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Did Closing Outdoor Dining Slow LA’s Surge? Some Experts Say Yes

Plus, La Brea’s historic Firestone Building is up and running again, and Naemo’s new banchan plan in Koreatown

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Outdoor seating at Broad Street Oyster Company in Malibu
Diners eat at a picnic table outside
Matthew Kang

Throughout the entirety of the ongoing coronavirus pandemic and associated stay-at-home orders and lockdowns, one big question has plagued public health officials, restaurant owners, and diners alike: How much of LA’s COVID-19 caseload can be traced specifically to on-site dining of some kind, either indoor or out? Lawsuits have been filed over this question; a recall effort against Gov. Gavin Newsom is underway, hinging in part on the very same unknown.

As Eater has previously discussed, firm causal data that definitively links on-site dining to a rise in area cases is hard to come by (if not impossible), in part because it’s so difficult — at least in America — to contact trace this airborne virus, particularly when people are allowed to go other places and do other things beyond visiting a restaurant. This is not Beijing, China, where mandatory QR code scanning tracks customers from cab to restaurant to shopping center and back home.

So is LA’s recent large-scale reduction in COVID-19 cases a result, at least in part, of the loss of outdoor dining, and with it friendly but unmasked non-household gathering? The LA Times says yes. First, the recent stay at home order dropped area travel by 40 percent, to May 2020 levels, meaning less transmission overall. Second, the paper interviewed multiple epidemiologists who say that on-site dining only became more problematic with stronger coronavirus variants floating around, and with winter chills leading restaurants to erect more robust outdoor dining setups that restricted airflow. Add in the necessities of unmasked eating, they say, and “waiting too long to act” on restricting outdoor dining “could have resulted in far more deaths.”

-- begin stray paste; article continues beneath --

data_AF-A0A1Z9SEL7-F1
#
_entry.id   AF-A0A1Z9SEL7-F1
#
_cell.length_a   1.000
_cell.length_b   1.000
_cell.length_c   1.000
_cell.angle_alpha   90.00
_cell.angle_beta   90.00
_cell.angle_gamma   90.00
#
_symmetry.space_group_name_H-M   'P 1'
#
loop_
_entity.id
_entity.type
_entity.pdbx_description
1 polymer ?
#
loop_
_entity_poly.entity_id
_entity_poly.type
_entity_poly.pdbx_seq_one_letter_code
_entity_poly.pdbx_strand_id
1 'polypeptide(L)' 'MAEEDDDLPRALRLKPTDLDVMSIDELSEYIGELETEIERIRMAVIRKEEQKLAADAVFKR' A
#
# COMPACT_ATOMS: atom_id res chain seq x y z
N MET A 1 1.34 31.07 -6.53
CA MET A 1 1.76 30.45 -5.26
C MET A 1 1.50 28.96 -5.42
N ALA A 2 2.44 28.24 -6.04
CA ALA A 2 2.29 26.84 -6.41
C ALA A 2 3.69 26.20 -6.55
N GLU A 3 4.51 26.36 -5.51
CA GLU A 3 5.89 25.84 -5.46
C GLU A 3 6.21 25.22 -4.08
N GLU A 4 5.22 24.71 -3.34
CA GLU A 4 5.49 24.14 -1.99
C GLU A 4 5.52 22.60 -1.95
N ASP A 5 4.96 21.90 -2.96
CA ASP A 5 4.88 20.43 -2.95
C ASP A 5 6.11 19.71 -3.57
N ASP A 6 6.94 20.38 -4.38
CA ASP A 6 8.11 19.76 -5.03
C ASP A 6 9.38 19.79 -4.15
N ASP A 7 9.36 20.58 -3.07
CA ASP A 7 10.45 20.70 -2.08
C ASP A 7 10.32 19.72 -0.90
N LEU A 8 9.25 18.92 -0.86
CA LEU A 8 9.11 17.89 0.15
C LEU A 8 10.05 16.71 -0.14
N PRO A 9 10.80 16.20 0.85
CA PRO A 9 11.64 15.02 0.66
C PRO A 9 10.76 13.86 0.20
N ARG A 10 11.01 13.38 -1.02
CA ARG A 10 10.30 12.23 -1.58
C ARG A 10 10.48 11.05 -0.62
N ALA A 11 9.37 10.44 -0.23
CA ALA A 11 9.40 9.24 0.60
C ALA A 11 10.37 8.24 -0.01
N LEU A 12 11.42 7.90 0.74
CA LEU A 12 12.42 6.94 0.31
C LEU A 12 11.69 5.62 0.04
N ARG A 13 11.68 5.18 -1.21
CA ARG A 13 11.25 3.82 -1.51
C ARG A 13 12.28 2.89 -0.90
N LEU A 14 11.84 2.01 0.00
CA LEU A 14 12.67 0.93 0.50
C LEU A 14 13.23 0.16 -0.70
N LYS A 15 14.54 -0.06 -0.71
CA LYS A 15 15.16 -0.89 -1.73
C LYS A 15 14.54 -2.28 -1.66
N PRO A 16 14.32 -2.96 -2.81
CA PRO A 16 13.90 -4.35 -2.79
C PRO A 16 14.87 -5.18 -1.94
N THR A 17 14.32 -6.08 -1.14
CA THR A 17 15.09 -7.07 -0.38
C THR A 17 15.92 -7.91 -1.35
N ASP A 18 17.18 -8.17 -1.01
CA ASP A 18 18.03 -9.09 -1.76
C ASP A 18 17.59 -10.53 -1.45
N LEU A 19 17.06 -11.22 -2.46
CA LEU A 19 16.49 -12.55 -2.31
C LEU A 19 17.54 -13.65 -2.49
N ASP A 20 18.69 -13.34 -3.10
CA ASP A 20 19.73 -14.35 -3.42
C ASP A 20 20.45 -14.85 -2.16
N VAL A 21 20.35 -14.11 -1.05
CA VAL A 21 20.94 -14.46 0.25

Not everyone is convinced, of course, because lots of direct and firm data to support the closures simply doesn’t exist. California Health and Human Services Secretary Dr. Mark Ghaly has previously said that highly detailed specifics about virus transmission “usually takes years to figure out,” so LA may not get a more clear answer for quite some time, if ever.

In other news:

  • All Season Brewing is now open in the historic Firestone building on La Brea, just south of Wilshire. The long-awaited property received a full makeover from the Pouring With Heart team, and has been quietly serving customers for more than a week. This Saturday, roving pop-up Yellow Paper Burger is on to cook.
  • E.P./L.P. in West Hollywood has lost its executive chef Sabel Braganza. The restaurant is still closed as a result of the ongoing pandemic, but ownership tells Eater that the plan is to move the menu into a more European/American direction once indoor dining is allowed again in LA County; Braganza has moved into the private chef world.
  • The Griddle Cafe is reopening tomorrow at its ongoing pop-up site Yamashiro in Hollywood. Expect pancakes, celebrity sightings, and more.
  • West Hollywood’s Fellow Traveler Wine Bar is offering a monthlong collection of bottles from Black-run wineries across the globe. The three-pack runs $100 and includes wines from California and South Africa.
  • Westside Korean pop-up Naemo has partnered with Koreatown’s Hanchic this month on the second iteration of its dosirak meals. The $95 meal feeds two and comes with rice and soup, as well as a mix plenty of cold and hot barchan. Orders are available now, and run through February 20.
  • Check out this great new zine made by the folks from LA food podcast the Menu. It’s called Sup Sap, a Turkish onomatopoeia that encompasses the act of eating, and chronicles the intersection of food and personal perspective. Each copy costs $15, with a portion going to No Us Without You.

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